Describe your music using the words "pizza," "particles," and "wooden." Oh! And "firey Hollywood car crash.”
Imagine a person who has eaten far too much pizza, saddened by all the fiery Holloywood car crashes he’s seen on the television, writing songs about particles of energy connecting us together (mostly unconsciously) on a nice wooden instrument.
Your website also says you're a freelance musician. What does this mean? How do you like working as a freelancer?
I love being a freelance musician*. It means that I can get hired for almost any gig and be able to perform the music as if I was a member of the band (or on a recording). I learn the parts and come in and play—it usually ends up being a permanent spot in the group, but it also moves around a lot, especially in jazz settings. I used to do a wider variety of projects as a "hired gun," but now I have a few outfits that I play with regularly and it just spreads out around on the ol' calendar. Adding my own group to the list has been interesting as well as challenging. Basically, I am a freelance musician in my own band as well.
*I also teach as kind of a freelancer as well. I am adjunct at Sheridan College, Rocky Mountain College, and this fall I will be at MSUB as a bass instructor. I also have my own private studio where I teach private lessons.
Do you have any other talents besides being a stellar musician that the adoring public may not know?
I can do a couple of tricks on the old skateboard still…
I noticed that some of your lyrics reference some pretty cosmic shit, like the Earth's rotational velocity. Is this the "neomystical" aspect of your music? Do you consider yourself a pretty spiritual dude?
Well yeah. I like to think about that stuff a lot, like gravity, vibrations, energy, breaking down things and getting as micro, macro and as meta as my brain will allow. Phil Griffin and I talk about it a bit and try to pin point just what neomysticism means - he's the one that used the term to describe my music - but it’s hard because I think he’s making up some new shit with that one. I am just trying to fit into it because I love the term. I spent a lot of time going through the tunnel of modern/not-so-modern Christianity and I have been trying to unravel a lot of things in that arena as well as the things that we take for granted or are unaware of because our system doesn’t allow us to look beyond the walls in which we’ve placed ourselves in—what ever that might be, whether it’s religion/thought, food, Netflix, or capitalism, etc. I believe that there are some pretty fantastical things happening around us that are generally missed by most of the population because of the distractions of everyday life. So yeah, something simple like voluntary actions in the body or the earth spinning and us not even feeling it is something that I like to find joy in. It’s pretty fucking incredible…uhhh…at least to me.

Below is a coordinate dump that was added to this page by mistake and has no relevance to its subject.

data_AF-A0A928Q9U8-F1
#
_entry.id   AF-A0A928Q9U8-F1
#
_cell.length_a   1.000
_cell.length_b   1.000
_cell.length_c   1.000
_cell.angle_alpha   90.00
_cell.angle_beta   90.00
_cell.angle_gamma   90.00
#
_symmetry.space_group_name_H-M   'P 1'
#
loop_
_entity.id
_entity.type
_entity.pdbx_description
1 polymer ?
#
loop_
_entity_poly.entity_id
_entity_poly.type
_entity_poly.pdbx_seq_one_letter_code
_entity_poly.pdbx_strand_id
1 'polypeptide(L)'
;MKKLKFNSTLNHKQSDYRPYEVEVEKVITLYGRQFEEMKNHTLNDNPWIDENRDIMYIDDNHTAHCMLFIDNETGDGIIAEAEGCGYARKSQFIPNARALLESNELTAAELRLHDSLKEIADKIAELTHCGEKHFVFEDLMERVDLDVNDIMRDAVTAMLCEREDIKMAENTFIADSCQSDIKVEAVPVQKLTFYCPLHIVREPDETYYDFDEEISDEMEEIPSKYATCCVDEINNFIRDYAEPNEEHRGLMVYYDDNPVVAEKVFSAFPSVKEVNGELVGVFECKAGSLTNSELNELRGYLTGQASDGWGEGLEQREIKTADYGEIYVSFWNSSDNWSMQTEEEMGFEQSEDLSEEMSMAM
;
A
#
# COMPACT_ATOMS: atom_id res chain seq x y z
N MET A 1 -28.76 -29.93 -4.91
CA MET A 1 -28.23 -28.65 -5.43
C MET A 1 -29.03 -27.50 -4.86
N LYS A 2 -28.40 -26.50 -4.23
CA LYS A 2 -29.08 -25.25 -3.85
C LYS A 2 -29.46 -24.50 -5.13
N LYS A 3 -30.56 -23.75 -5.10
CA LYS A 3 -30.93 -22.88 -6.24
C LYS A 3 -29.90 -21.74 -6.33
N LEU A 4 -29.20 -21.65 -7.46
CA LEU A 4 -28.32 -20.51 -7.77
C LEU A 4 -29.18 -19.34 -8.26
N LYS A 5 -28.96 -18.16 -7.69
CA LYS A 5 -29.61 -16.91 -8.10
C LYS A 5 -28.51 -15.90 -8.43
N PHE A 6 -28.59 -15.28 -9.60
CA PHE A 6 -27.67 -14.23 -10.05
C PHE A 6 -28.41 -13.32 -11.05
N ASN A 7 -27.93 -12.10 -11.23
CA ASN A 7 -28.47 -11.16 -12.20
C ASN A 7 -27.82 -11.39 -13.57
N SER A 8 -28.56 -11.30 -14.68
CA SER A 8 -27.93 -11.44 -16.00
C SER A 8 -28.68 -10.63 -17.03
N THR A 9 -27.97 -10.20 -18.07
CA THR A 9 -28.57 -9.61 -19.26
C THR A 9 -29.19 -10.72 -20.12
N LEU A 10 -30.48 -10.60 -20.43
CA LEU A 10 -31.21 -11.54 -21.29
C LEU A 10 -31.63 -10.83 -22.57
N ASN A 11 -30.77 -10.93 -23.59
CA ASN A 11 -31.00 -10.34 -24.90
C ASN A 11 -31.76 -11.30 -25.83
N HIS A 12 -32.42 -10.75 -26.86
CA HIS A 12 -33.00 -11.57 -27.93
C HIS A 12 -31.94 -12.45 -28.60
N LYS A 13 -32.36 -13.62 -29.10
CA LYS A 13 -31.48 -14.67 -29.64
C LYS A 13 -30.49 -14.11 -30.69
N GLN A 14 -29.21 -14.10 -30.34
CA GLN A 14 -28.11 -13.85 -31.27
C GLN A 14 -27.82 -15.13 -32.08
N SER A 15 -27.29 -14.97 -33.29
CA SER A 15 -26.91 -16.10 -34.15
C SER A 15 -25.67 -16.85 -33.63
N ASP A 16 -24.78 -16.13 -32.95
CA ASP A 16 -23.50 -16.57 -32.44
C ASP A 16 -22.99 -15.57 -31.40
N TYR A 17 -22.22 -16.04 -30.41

Read any good books lately?
Yeah, I did. I just recently finished Dave Caserio’s book This Vanishing. Whew. It is some of the most beautiful poetry that I have ever read (and there is a lot that I haven’t read), but his writing really hits me right in the heart. There were many times when I would finish a poem and just set the book down to let it soak in. I highly recommend it. Before that it was a Rumi compilation of love poems and David McRaney’s book You are Now Less Dumb. They both flip you out in their own way.
If you were on death row and were being served your last meal, what would it be?
Most definitely a medium thin crust with pepperoni, mushrooms, and black olives from Dominoes. I’d eat it in one sitting and then just be blissed out for the chair.
Can you kindly give the dear readers some links??